In the Netherlands we have water. A lot of it. We have the North Sea to the west. We have canals, lakes, rivers, swamps and whatever else more that consists of water. And whether you believe it or not: this country is actually below sea level at some spots.
To the south of Amsterdam we have the Vinkeveense Plassen (equals/= the lakes of Vinkeveen). From the sky it looks something like this:
I came here a lot growing up, because my grandfather used to rent a small patch of land with a caravan in Vinkeveen. He also had a small sailing boat which we took out on the lake quite regularly.
Now I (re)discovered this place as an pretty awesome (free)dive spot. It has pretty clear water for Dutch standards and there is a dedicated spot for scuba divers (no boats allowed). They sank some interesting stuff there. Most notably an old bus.
Of course, as most lakes do, it has a thermocline. And it does get cold. But, as you pass this thermocline you also enter a space where the visibility gets even better. It’s definitely worth the while.
In short: this will be a great spot to practice this summer! Here is some first footage:
I’ve been on Malta since Monday. By now I have done three freedive sessions. In this blog post I want to tell you about the second and third session. You can read about my first night and first session here.
I write this post sitting really comfortably at Ghajn Tuffieha bay. Today I have been mountain biking around the North of Malta and ended up here for a while. I must say it’ll probably be a tough trip back. My legs are already tired and I have to cross the island again, with some considerable head wind to be expected. And don’t mind the saddle pains that’ll probably cut up rough (is that correct English?). Hashtag Yolo…
So… let’s start with Wednesday. Malta Two. Together with AIDA instructor David Watson (remember him from Malta One?) I decided to just do some relaxed exploring this day and not bother with line dives. This was an good idea, since it took my mind of the whole equalization thingy.
We dove at the same dive-spot and swam along the reef where he showed me some beautiful spots under some rocks. The most amazing organisms grow away from direct sunlight. They have colours ranging from greyish blue, green, orange and bright red. At two spots there were some swim throughs he pointed out, both around 10 meters deep. After David swam through them and I prudently scouted them out, I managed to do the same. It’s awesome fun! And isn’t this what we all do it for: being in the water, seeing beautiful things and having plain fun?
The dives went pretty well and I reached 14.3 meters at one point with a 1:02 minute dive time (I do tend to hang around for a while to see what’s to see). Around that depth equalization becomes a bit more challenging. Towards the end of the session David tried to spot us some octopuses or cuttlefish, but unfortunately he didn’t. And my eyes are definitely not trained to do so (yet…).
In the afternoon we took some time to do a short equalization workshop. After warming up all the required muscles for a while, we mainly followed a video by Andrea Zuccari and tried to re-enact the explained exercises. I wasn’t too impressed by this workshop, but I guess it did give me some exercises to take home with me.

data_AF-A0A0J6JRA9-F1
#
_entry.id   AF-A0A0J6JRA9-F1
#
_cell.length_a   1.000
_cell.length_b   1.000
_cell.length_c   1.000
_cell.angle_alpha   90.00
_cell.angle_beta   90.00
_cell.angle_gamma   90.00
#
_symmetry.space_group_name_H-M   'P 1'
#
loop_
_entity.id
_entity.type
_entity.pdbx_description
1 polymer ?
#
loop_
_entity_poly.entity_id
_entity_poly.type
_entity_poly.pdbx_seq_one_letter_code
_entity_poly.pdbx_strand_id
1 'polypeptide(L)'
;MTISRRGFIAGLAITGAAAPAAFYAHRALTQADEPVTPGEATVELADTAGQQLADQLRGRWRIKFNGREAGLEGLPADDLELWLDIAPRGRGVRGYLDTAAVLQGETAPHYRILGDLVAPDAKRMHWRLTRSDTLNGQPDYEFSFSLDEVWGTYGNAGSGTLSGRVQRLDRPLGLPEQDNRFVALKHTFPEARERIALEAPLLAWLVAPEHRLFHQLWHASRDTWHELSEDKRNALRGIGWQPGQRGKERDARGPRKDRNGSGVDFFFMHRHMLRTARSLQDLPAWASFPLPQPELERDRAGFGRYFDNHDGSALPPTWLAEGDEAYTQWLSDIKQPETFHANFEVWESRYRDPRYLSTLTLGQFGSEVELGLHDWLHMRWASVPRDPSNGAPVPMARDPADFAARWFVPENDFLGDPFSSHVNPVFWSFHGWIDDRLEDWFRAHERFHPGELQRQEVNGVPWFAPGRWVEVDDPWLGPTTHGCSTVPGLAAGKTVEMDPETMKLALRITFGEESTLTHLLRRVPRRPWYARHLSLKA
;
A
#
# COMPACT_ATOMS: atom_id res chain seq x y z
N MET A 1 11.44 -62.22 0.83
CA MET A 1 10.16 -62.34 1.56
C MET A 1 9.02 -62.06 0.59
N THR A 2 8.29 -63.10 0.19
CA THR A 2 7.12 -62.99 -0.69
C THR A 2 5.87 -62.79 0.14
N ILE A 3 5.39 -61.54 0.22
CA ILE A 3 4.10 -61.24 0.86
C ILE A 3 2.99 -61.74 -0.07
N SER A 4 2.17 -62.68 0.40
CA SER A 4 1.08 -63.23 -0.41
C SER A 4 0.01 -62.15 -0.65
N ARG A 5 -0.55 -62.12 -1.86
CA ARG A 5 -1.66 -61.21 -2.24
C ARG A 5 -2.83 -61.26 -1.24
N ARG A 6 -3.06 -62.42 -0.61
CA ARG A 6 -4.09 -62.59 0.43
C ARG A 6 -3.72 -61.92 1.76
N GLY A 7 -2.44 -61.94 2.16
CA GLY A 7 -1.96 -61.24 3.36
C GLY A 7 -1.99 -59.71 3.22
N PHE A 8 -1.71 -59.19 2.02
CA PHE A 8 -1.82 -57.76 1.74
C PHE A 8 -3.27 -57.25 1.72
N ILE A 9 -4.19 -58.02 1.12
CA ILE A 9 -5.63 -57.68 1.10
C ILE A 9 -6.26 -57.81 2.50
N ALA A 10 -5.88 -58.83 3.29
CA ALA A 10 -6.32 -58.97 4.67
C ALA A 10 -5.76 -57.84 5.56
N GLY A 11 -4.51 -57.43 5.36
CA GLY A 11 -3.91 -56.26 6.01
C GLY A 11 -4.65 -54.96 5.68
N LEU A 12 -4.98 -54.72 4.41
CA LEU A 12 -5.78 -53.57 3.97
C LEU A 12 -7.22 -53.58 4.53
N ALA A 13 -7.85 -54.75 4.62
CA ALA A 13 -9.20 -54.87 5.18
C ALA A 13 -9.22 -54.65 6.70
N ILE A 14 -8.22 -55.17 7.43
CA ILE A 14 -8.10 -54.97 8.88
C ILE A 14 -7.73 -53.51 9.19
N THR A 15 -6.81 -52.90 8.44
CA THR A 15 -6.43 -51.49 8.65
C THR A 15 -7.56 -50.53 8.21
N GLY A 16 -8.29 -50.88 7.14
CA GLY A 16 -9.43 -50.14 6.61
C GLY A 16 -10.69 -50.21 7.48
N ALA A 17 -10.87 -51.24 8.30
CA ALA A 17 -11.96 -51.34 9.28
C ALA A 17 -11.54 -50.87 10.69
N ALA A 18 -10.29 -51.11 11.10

Malta Three. David is not the most talkative guy out there. He is quite calm and non-intrusive. But in the water he’s in his element for sure. I guess it is also a lot about personal preference, but I don’t mind somebody being a bit more extrovert. That’s why I didn’t mind we were being joined by Denis on the third session (yesterday).
Denis was fulfilling his last requirements for the AIDA three star certificate, which is sort of the equivalent to the SSI level 2 Freediver certificate. Also, he turned out to be a Serb (and half Russian). Which got us talking all the way to the dive-spot. Actually… yesterday was all about the Serbs. I saw some typical Serbian graffiti (samo sloga Srbina spasava) and when I went to have a coffee that afternoon I unintentionally ended up in a bar with a Serbian waiter. Rumour goes there are about 20.000 Serbs on this island… I guess it’s easy to get a working permit here, even if you’re not an EU-citizen (yet).
Anyway, this third dive session was about line dives again. Of course this automatically comes with some nerves for me, because time and time again I hope the equalization will somehow ‘click’ mentally and physiologically. Nothing to do but see what happens, right?
Since this was going to be my last session with David, I took my iPhone with me in a waterproof casing I got at the airport. I supposed it would be a sin to not shoot anything at all. Unfortunately the case of the GoPro had been leaking and the casing of the camera I took to Dive4Life last time has scratched in front of the lens which makes it useless for good underwater shots as well.
Unfortunately filming with the iPhone – through the plastic casing I got – was no real success… This is all I have to show you guys:
So, about the dives. Swimming in towards the buoy setup point Denis pointed out a small octopus. After this day I can honestly say he sees f-ing everything on the sea’s bottom. Then again; he told me he’s been spearfishing for a long time and sometimes even sells the fish he’s speared.
David set the buoy up at the same spot as the first day (above the P29 shipwreck at Cirkewwa). The three of us started out taking turns on the line, of course warming up with some free immersions again. I took it a bit slower and they went better. We did some hangs as well. I did my longest hang around 9 meters with 1:28 minutes dive time.
After the warm-ups we started to do constant weight dives. David put the line at 30 meters for Denis, who wanted to increase his depth. He eventually touched the bottom at 31 meters and was happy because this was the shirt number of his favourite NBA player Reggie Miller, haha…